The End of the Trail Museum boasts an incredible collection of Native American artifacts that has been assembled over a period of about 40 years by museum owner, Marylee Thompson. Opened in 1968 The End of the Trail Museum is dedicated to preserving, interpreting, and exhibiting the artifacts and history of the first Americans. Featuring the largest private collection of Native American artifacts from all over the United States showcased by the actual clothing, pottery, baskets, weapons and tools of this culture. The collection is expansive, and admission is free. Located at the north end of the Trees of Mystery gift shop just north of Klamath at 155500 Hwy 101. For more information, phone 800-638-3389 or visit www.treesofmystery.net.
Clarke Historical Museum
The Clarke Historical Museum is the only museum in Humboldt County devoted to the preservation and presentation of all aspects of our area's rich and diverse history. Located in the heart of Eureka's Old Town, a visit to the Clarke is an important and convenient part of the Eureka visitor's experience. Nealis Hall displays one of the world's largest and best collections of northern California Native American basketry and regalia. Visitors come from around the country and the world to Eureka to see, study and enjoy this collection. The Native American Wing features a world-recognized collection of baskets, photographs, ceremonial regalia, weapons, stoneware, implements and more. The Clarke Historical Museum is located at 240 E St. in Eureka. Hours are 11 a.m. to 4 p.m. Tuesday through Saturday. Admission is free. For more information, contact Dale Ann Sherman at 707-443-1947.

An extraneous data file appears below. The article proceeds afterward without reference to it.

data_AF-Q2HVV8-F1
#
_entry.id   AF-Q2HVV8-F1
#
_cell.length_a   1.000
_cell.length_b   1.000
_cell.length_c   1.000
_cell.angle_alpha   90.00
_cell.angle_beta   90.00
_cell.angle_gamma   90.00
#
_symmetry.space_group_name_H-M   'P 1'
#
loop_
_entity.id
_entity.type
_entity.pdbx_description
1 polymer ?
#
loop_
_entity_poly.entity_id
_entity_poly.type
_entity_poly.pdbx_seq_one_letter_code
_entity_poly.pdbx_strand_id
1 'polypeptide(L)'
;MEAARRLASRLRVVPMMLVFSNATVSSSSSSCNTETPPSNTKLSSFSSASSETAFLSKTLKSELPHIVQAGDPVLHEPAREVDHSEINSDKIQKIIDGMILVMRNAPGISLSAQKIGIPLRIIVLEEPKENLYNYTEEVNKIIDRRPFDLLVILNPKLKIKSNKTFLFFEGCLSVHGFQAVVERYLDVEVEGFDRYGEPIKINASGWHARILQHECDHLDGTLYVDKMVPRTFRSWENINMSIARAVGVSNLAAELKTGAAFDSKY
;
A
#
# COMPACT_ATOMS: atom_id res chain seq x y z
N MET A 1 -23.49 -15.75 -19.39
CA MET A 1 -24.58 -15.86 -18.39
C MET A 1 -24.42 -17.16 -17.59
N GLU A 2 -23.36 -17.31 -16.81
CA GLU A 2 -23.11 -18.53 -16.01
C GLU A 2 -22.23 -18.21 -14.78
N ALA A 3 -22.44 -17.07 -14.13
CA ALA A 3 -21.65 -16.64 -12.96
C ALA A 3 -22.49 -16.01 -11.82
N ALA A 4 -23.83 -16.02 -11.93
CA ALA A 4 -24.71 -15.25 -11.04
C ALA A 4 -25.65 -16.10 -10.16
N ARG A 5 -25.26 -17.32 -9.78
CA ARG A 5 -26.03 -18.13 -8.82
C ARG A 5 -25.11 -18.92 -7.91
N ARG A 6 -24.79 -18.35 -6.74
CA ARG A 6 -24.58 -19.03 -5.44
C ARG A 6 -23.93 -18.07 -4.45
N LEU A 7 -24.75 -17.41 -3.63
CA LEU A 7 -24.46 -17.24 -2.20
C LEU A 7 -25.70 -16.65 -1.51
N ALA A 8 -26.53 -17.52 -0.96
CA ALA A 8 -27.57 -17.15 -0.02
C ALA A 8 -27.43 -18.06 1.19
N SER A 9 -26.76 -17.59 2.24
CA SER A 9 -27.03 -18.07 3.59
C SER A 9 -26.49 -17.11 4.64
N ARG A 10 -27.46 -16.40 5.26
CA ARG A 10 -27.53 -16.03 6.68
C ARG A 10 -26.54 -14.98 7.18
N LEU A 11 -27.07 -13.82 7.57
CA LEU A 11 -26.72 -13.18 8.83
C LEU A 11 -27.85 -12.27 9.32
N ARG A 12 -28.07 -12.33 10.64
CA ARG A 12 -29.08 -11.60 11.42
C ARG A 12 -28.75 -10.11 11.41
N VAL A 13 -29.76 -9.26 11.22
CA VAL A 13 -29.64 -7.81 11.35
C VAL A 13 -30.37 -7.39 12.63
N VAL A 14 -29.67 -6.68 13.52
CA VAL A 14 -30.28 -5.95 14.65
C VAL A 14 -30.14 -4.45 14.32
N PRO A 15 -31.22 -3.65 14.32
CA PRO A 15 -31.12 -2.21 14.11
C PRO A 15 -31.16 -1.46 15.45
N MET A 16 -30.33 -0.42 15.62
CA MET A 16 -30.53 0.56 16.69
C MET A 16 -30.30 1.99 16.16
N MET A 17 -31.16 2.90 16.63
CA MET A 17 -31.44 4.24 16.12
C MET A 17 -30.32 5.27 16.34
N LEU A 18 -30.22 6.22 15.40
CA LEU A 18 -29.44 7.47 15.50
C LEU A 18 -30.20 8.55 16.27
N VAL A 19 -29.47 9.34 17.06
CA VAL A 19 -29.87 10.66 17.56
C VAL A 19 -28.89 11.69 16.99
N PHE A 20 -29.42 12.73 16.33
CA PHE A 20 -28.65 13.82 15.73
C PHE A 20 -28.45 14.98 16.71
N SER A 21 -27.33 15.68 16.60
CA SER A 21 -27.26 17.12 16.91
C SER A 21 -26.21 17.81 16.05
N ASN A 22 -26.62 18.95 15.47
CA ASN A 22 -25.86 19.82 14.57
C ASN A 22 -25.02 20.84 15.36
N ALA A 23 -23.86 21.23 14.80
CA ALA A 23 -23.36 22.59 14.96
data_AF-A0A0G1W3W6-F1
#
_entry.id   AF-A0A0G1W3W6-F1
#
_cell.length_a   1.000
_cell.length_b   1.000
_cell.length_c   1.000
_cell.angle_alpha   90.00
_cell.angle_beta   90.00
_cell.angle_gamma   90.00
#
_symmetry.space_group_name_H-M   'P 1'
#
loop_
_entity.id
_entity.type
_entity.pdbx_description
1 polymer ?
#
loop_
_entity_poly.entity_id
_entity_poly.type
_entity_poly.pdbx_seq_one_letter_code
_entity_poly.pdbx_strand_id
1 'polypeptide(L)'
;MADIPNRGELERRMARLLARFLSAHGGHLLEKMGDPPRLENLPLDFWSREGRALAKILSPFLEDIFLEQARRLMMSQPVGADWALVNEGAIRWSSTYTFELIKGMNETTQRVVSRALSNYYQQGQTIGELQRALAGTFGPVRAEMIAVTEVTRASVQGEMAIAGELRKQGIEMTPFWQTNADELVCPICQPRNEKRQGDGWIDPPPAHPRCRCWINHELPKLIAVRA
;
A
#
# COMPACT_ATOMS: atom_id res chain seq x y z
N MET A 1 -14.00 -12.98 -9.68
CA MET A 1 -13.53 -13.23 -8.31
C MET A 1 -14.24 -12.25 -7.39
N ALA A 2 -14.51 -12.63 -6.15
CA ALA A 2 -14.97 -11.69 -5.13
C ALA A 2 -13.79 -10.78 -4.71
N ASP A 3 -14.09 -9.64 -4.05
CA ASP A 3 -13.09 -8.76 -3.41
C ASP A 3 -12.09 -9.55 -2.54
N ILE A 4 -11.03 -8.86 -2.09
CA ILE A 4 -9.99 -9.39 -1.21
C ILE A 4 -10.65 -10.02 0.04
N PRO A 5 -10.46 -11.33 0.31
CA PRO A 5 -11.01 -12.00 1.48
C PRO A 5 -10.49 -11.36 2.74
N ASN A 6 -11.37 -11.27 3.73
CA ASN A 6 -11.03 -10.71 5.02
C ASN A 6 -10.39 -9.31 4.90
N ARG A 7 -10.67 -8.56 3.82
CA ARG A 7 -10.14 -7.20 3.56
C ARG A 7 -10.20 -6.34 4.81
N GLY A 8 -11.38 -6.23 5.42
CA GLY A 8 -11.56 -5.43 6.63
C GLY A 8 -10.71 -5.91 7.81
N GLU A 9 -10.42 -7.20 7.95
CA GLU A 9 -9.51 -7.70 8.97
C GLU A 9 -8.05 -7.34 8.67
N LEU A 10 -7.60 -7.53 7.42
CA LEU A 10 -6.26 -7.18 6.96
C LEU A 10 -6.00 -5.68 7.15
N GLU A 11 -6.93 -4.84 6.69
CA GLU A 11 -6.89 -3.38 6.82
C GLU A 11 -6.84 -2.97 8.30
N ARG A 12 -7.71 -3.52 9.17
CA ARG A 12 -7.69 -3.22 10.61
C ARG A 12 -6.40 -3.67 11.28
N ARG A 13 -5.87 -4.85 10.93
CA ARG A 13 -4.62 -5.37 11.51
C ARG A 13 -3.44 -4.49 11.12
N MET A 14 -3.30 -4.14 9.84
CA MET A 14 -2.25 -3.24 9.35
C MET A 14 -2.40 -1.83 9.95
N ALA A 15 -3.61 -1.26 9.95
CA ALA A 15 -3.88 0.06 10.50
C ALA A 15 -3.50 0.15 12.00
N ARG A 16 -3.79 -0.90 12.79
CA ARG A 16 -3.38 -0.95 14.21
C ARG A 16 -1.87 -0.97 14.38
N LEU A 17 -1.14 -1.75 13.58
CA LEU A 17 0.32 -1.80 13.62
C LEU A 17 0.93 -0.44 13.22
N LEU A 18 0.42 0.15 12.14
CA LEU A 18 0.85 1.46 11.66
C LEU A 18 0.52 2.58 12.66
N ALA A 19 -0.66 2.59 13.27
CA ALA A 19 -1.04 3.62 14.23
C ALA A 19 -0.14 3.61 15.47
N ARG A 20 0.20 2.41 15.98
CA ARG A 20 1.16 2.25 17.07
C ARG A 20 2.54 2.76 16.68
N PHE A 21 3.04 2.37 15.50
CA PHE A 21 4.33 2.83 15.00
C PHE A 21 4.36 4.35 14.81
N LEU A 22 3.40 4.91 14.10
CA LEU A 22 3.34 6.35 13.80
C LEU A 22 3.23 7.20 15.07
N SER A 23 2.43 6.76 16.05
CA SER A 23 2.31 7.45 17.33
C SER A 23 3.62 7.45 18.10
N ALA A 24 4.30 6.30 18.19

American Indian Art & Gift Shop
The Gift Shop assists Native American artists and crafts people by providing an expanded retail market for their products. The work of over 40 local Native American artists is currently represented in the shop, as well as many non-local artists and craftspeople. The shop is also an ideal retail training ground for Native American people needing training and work experience to enter the job market. Located at 241 “F” Street in Eureka. Hours are 10 a.m. to 6 p.m. Monday through Saturday. For more information, phone 800-566-2381 or visit www.ncidc.org.
Eureka Theater Native American Mural
A mural titled “The Sun Set Twice on the People that Day” can be seen on the sidewall of the historic Eureka Theatre. Artists Brian Tripp and Alme Allen were commissioned by Original Voices a program of the Ink People in Eureka. Original Voices is dedicated to the preservation and teaching of indigenous knowledge and culture in northern California. Located at 612 F Street. 707-442-2970.
Institute of Native Knowledge
Offers ongoing Native American language classes, traditional dances and community presentations. For more information, contact Julian Lang at 707-826-3711.